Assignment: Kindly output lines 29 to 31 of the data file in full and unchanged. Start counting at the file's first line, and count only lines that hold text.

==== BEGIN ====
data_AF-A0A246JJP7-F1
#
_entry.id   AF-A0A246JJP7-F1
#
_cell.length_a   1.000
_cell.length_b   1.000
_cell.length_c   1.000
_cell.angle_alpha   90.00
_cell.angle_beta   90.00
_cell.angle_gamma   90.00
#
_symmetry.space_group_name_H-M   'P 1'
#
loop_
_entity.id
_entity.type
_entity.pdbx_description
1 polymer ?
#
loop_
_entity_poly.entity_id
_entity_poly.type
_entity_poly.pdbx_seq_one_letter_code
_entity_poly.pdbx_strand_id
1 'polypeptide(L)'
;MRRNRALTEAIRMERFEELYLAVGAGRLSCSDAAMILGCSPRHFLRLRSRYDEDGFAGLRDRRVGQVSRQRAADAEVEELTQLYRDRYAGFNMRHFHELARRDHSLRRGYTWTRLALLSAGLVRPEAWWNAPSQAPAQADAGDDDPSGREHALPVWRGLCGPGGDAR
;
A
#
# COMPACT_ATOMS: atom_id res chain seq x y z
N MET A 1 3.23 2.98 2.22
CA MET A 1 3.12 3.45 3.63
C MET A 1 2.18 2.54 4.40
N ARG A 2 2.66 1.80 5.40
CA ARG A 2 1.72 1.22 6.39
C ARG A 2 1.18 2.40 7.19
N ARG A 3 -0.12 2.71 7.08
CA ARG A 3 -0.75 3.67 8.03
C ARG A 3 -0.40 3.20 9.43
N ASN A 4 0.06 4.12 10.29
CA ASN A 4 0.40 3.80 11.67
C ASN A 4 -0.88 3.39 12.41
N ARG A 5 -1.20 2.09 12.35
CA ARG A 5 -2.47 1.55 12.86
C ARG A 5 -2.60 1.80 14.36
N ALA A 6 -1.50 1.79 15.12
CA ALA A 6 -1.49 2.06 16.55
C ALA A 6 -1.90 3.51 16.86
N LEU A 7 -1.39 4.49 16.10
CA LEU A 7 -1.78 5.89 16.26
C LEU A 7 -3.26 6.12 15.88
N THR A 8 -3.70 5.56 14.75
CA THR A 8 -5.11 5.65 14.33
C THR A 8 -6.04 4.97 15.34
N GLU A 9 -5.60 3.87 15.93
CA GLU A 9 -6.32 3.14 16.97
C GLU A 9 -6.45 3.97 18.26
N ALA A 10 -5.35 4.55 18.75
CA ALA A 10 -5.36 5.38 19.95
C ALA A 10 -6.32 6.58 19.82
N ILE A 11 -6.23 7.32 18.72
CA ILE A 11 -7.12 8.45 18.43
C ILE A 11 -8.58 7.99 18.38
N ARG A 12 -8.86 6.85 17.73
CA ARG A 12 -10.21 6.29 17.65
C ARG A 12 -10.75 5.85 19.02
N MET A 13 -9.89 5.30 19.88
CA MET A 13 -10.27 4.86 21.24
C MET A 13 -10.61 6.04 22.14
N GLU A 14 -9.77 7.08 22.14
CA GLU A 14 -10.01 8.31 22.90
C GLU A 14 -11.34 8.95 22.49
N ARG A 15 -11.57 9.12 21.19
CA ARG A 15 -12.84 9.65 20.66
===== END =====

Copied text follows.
#
# COMPACT_ATOMS: atom_id res chain seq x y z
N MET A 1 3.23 2.98 2.22